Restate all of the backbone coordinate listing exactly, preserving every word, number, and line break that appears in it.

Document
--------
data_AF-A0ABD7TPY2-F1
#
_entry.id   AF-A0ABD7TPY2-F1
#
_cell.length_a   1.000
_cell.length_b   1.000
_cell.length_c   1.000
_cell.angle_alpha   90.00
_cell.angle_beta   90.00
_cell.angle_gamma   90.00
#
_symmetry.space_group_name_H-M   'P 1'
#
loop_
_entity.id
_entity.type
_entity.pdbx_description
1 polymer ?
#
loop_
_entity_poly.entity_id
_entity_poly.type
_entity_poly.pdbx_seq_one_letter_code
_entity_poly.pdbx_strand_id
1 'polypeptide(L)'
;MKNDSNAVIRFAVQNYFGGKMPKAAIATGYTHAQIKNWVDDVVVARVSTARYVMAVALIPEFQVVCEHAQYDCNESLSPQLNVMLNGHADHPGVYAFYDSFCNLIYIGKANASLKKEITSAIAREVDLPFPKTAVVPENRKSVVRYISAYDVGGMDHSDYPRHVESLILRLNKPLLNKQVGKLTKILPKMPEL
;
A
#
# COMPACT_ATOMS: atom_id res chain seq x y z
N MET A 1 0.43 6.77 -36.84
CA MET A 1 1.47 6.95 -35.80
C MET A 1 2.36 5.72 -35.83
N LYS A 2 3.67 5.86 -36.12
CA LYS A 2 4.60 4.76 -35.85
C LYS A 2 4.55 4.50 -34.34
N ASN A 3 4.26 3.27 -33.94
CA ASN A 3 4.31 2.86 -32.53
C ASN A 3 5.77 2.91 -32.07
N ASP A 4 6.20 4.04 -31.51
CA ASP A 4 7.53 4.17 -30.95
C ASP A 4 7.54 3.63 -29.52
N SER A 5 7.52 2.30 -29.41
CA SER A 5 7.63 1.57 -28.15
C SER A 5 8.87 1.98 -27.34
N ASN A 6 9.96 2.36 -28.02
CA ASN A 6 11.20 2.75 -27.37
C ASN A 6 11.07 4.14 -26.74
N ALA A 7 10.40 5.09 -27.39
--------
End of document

data_AF-A0ABD7TPY2-F1
#
_entry.id   AF-A0ABD7TPY2-F1
#
_cell.length_a   1.000
_cell.length_b   1.000
_cell.length_c   1.000
_cell.angle_alpha   90.00
_cell.angle_beta   90.00
_cell.angle_gamma   90.00
#
_symmetry.space_group_name_H-M   'P 1'
#
loop_
_entity.id
_entity.type
_entity.pdbx_description
1 polymer ?
#
loop_
_entity_poly.entity_id
_entity_poly.type
_entity_poly.pdbx_seq_one_letter_code
_entity_poly.pdbx_strand_id
1 'polypeptide(L)'
;MKNDSNAVIRFAVQNYFGGKMPKAAIATGYTHAQIKNWVDDVVVARVSTARYVMAVALIPEFQVVCEHAQYDCNESLSPQLNVMLNGHADHPGVYAFYDSFCNLIYIGKANASLKKEITSAIAREVDLPFPKTAVVPENRKSVVRYISAYDVGGMDHSDYPRHVESLILRLNKPLLNKQVGKLTKILPKMPEL
;
A
#
# COMPACT_ATOMS: atom_id res chain seq x y z
N MET A 1 0.43 6.77 -36.84
CA MET A 1 1.47 6.95 -35.80
C MET A 1 2.36 5.72 -35.83
N LYS A 2 3.67 5.86 -36.12
CA LYS A 2 4.60 4.76 -35.85
C LYS A 2 4.55 4.50 -34.34
N ASN A 3 4.26 3.27 -33.94
CA ASN A 3 4.31 2.86 -32.53
C ASN A 3 5.77 2.91 -32.07
N ASP A 4 6.20 4.04 -31.51
CA ASP A 4 7.53 4.17 -30.95
C ASP A 4 7.54 3.63 -29.52
N SER A 5 7.52 2.30 -29.41
CA SER A 5 7.63 1.57 -28.15
C SER A 5 8.87 1.98 -27.34
N ASN A 6 9.96 2.36 -28.02
CA ASN A 6 11.20 2.75 -27.37
C ASN A 6 11.07 4.14 -26.74
N ALA A 7 10.40 5.09 -27.39